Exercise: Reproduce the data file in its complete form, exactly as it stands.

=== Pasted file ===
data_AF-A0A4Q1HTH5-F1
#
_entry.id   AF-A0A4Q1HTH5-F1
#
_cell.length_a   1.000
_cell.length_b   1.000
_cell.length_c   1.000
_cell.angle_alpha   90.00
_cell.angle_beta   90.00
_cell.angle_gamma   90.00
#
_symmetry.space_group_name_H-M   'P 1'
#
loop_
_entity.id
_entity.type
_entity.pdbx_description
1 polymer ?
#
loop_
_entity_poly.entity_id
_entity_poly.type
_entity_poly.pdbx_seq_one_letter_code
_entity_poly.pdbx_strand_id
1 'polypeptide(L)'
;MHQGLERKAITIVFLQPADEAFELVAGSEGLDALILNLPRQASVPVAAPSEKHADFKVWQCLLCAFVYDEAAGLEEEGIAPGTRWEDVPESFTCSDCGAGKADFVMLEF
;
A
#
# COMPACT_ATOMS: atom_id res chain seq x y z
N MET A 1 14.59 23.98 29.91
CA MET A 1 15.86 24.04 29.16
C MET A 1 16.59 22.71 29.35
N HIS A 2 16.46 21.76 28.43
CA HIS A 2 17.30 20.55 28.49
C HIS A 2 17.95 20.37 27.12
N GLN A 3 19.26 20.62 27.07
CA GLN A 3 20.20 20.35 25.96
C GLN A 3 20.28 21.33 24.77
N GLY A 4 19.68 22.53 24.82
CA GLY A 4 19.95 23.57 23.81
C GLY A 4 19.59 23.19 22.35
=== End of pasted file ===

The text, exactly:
data_AF-A0A4Q1HTH5-F1
#
_entry.id   AF-A0A4Q1HTH5-F1
#
_cell.length_a   1.000
_cell.length_b   1.000
_cell.length_c   1.000
_cell.angle_alpha   90.00
_cell.angle_beta   90.00
_cell.angle_gamma   90.00
#
_symmetry.space_group_name_H-M   'P 1'
#
loop_
_entity.id
_entity.type
_entity.pdbx_description
1 polymer ?
#
loop_
_entity_poly.entity_id
_entity_poly.type
_entity_poly.pdbx_seq_one_letter_code
_entity_poly.pdbx_strand_id
1 'polypeptide(L)'
;MHQGLERKAITIVFLQPADEAFELVAGSEGLDALILNLPRQASVPVAAPSEKHADFKVWQCLLCAFVYDEAAGLEEEGIAPGTRWEDVPESFTCSDCGAGKADFVMLEF
;
A
#
# COMPACT_ATOMS: atom_id res chain seq x y z
N MET A 1 14.59 23.98 29.91
CA MET A 1 15.86 24.04 29.16
C MET A 1 16.59 22.71 29.35
N HIS A 2 16.46 21.76 28.43
CA HIS A 2 17.30 20.55 28.49
C HIS A 2 17.95 20.37 27.12
N GLN A 3 19.26 20.62 27.07
CA GLN A 3 20.20 20.35 25.96
C GLN A 3 20.28 21.33 24.77
N GLY A 4 19.68 22.53 24.82
CA GLY A 4 19.95 23.57 23.81
C GLY A 4 19.59 23.19 22.35